New Delhi: India on Thursday voted in favour of a US-sponsored resolution censuring Sri Lanka on its human rights record, disregarding the risk of embittering ties with the island nation in a move that was criticized by analysts, but was seemingly unavoidable for a government seeking to ensure its survival by placating a party that demanded such a stand.
There were 25 votes in favour of the US-sponsored resolution at the 47-nation United Nations Human Rights Council (UNHRC), 13 against it and eight abstentions, PTI reported.
In what appeared to be a tit-for-tat move, Sri Lanka almost immediately announced it would repossess part of a strategic oil storage depot from Indian Oil Corp. Ltd (IOC) in the island nation’s north-eastern port town of Trincomalee, AFP reported from Colombo.
Sri Lanka’s information minister Keheliya Rambukwella denied the two developments were linked, saying there were provisions to repossess tanks that were not used by the local unit of IOC, Lanka IOC Plc. Indian foreign ministry spokesman Syed Akbaruddin, however, rejected the report as “incorrect”.
Critics have accused Sri Lankan government forces of human rights violations during the three-decade-long Tamil separatist conflict that ended in May 2009 with the killing of rebel Tamil Tiger chief Velupillai Prabhakaran. The Tamil Tigers were fighting for a separate state for the Tamil minority carved out of the north and east of the Sinhalese-majority island nation.
Ahead of the UNHRC vote, India expressed concern over the “inadequate progress” made by Sri Lanka in improving its human rights record and called for an “independent and credible investigation into allegations of human rights violations and loss of civilian lives”, especially in the last stages of the civil war.
Dilip Sinha, India’s ambassador to UNHRC in Geneva, said, “We urge Sri Lanka to take forward measures to ensure accountability. We expect these measures to be to the satisfaction of the international community.”
The vote followed the withdrawal by the Dravida Munnetra Kazhagam (DMK) from the Congress-led United Progressive Alliance coalition government on Tuesday on the grounds that India wasn’t being tough enough on Sri Lanka for the alleged human rights abuses. The issue of Sri Lankan Tamils is an emotive issue in Tamil Nadu, where the DMK is the main opposition party.
Explaining India’s position, Sinha said the country encouraged Sri Lanka “to expedite the process of a broad-based, inclusive and meaningful reconciliation and political settlement that ensures that all communities live in dignity with equal rights and equal protection of the laws... As a neighbour with thousands of years of relations with Sri Lanka, we cannot remain untouched by developments in that country and will continue to remain engaged in this matter”.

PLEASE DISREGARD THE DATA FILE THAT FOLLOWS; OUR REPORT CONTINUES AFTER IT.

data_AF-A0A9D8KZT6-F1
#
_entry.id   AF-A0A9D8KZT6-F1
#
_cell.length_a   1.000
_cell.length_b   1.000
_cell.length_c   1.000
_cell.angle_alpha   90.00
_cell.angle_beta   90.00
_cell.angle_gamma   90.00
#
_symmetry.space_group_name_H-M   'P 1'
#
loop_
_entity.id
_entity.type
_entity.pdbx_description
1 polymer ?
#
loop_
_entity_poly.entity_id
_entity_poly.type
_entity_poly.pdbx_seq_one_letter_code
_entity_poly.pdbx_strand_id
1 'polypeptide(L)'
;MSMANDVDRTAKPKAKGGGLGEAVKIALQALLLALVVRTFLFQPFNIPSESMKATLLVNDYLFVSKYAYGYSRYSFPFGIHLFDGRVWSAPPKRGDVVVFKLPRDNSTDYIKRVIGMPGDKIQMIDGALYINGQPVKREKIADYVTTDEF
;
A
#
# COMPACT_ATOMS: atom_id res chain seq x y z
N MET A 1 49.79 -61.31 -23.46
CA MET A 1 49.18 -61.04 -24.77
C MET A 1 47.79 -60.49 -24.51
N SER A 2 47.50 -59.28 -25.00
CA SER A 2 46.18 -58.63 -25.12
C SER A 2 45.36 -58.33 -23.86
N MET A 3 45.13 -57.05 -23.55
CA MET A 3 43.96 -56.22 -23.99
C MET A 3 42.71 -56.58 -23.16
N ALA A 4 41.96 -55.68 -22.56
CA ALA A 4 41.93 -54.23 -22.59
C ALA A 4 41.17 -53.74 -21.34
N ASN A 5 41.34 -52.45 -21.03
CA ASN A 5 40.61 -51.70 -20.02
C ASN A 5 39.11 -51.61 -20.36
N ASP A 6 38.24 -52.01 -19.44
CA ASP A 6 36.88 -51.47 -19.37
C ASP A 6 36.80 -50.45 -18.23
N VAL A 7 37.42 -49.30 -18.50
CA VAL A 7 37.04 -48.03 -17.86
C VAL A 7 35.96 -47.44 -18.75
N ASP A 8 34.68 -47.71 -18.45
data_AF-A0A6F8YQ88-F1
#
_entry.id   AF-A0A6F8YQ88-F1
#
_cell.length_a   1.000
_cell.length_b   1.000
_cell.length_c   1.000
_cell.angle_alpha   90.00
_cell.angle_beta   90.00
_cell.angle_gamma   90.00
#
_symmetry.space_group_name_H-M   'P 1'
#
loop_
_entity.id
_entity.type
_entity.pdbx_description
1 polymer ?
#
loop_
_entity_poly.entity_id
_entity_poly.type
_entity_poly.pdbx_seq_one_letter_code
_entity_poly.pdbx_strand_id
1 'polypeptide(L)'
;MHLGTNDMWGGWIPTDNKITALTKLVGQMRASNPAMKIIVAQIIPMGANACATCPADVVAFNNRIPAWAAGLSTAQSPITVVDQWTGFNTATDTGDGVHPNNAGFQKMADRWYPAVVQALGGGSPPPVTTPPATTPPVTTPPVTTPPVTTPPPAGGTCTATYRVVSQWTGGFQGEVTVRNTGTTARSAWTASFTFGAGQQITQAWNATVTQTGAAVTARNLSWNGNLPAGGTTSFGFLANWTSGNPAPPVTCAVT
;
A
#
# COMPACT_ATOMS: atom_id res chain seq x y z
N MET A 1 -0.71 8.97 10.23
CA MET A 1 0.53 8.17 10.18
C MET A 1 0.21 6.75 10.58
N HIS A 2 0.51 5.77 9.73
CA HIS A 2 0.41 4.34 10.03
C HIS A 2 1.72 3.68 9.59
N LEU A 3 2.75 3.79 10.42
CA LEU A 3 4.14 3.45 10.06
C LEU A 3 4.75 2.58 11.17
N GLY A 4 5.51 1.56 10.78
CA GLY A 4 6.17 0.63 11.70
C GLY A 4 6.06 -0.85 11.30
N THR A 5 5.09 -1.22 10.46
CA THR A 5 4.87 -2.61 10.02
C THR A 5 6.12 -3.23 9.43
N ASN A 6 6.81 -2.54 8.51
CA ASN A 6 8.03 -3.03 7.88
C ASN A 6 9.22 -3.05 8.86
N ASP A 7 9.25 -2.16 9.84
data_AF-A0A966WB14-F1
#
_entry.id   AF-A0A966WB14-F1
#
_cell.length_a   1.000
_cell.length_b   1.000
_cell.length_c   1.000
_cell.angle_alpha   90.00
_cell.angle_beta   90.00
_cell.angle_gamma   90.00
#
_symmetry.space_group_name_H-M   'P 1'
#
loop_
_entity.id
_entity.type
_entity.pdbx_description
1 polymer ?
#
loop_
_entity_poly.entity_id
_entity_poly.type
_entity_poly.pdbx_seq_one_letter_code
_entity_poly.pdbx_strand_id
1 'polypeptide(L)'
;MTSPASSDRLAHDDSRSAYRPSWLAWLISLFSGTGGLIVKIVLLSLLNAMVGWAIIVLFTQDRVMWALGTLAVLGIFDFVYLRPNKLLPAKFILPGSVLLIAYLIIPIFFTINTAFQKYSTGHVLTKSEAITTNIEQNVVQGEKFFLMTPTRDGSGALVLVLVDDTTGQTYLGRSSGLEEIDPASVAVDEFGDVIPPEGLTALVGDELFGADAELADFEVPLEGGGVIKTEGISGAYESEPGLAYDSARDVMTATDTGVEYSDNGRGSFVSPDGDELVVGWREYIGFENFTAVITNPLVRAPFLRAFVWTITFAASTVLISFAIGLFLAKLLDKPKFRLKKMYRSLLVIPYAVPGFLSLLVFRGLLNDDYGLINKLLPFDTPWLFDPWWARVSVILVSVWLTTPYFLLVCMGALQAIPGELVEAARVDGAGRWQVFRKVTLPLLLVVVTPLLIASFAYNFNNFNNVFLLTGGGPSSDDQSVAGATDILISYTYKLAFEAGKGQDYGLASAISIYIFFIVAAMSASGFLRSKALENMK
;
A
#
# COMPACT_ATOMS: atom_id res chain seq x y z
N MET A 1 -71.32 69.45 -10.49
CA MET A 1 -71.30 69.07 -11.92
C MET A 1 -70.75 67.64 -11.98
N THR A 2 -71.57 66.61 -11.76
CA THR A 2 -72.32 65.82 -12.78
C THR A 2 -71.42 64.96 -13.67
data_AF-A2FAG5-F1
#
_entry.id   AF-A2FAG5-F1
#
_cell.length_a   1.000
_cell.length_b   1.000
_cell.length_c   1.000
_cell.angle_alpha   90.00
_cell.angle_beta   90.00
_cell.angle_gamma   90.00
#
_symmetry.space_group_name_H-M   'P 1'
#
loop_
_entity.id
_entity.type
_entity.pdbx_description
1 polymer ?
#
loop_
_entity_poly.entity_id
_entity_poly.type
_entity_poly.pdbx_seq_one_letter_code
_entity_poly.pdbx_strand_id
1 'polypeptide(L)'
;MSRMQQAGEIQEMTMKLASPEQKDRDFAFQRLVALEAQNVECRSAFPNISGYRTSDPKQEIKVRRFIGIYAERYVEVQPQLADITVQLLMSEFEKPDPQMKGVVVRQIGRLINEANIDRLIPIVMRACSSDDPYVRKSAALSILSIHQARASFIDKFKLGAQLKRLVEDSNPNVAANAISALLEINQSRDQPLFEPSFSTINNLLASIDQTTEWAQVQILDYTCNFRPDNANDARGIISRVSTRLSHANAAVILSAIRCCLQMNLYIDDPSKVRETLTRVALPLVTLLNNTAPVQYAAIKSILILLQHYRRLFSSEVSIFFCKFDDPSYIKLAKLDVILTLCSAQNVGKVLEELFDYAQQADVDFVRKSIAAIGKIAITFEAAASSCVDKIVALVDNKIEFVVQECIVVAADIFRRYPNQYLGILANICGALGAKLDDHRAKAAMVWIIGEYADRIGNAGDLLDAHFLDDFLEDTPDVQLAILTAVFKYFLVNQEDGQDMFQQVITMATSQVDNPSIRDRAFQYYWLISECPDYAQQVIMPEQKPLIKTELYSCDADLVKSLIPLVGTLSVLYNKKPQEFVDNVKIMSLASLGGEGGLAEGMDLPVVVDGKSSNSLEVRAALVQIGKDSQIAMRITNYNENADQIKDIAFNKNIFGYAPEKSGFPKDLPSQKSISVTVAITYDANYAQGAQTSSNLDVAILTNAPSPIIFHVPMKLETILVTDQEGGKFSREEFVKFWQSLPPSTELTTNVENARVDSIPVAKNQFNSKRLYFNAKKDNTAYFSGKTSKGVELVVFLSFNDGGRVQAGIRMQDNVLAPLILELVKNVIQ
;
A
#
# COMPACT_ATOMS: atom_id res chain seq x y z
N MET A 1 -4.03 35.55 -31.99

India is of the view that the report presented by Sri Lanka’s own Lessons Learnt and Reconciliation Commission in December 2011 “provides a window of opportunity to forge a consensual way forward towards a lasting political settlement through genuine national reconciliation and the full enjoyment of human rights by all its citizens”, Sinha said.
A person close to the developments said India had suggested to the US, the sponsor of the resolution, seven amendments incorporating stronger language in the text of the resolution. But the US did not agree to them fearing an erosion of support for the resolution.
Criticizing India’s strategy, former Indian high commissioner to Australia and Myanmar, G. Parthasarthy, pointed out that Sri Lanka was a country recovering from decades of civil war.
“They should be allowed to proceed (with reconciliation and reforms) at a pace they are comfortable with,” he said.
“The Indian government failed to communicate to the people of Tamil Nadu what it was doing,” Parthasarthy said, referring to various steps taken by India to rehabilitate the people—mainly Tamils—displaced by war, including the construction of some 50,000 houses. “These were proceeding well, something recognized by the UN, too.”
Leela Ponappa, a former deputy national security adviser, agreed that India’s vote “marked a departure” from its previous “consistent policy of dealing bilaterally with its neighbours” that would in turn impact ties.
The 13 countries voting against the resolution on Sri Lanka included India’s rival Pakistan, which called for “helping and not criticizing” the island nation.
India’s strategic and economic rival China, which has been seen making inroads into Sri Lanka, was not among the UNHRC members, sitting out for a year after having completed two consecutive three-year terms in the council.
China, which has been involved in major infrastructure projects in Sri Lanka, including the construction of the $1.5 billion (around Rs.8,145 crore today) Hambantota port in Sri Lankan President Mahinda Rajapaksa’s home constituency, voted against a similar UNHRC resolution censuring Sri Lanka last year.
Moves by Colombo to hike excise and import duties on small cars—mainly imported from India—were seen as a retaliatory gesture by an annoyed Sri Lanka at the time. India’s trade with Sri Lanka in 2011-12 amounted to a little more than $4 billion. Its investments in Sri Lanka amount to $800 million. Indian businesses present in Sri Lanka include IOC, the Tata group, Bharti Airtel Ltd, Piramal Glass Ltd, Life Insurance Corporation of India, Ashok Leyland Ltd, Larsen and Toubro Ltd and Taj Hotels Resorts and Palaces.
Earlier in the day in Colombo, hundreds of Sri Lankan pro-government activists protested against the UNHRC vote, holding up traffic close to President Rajapaksa’s official residence and chanted slogans denouncing US President Barack Obama and Indian Prime Minister Manmohan Singh. The Federation of National Organisations, led by a key ruling party ally, marched to the area carrying placards denouncing the US for moving the censure resolution in Geneva and India for backing it.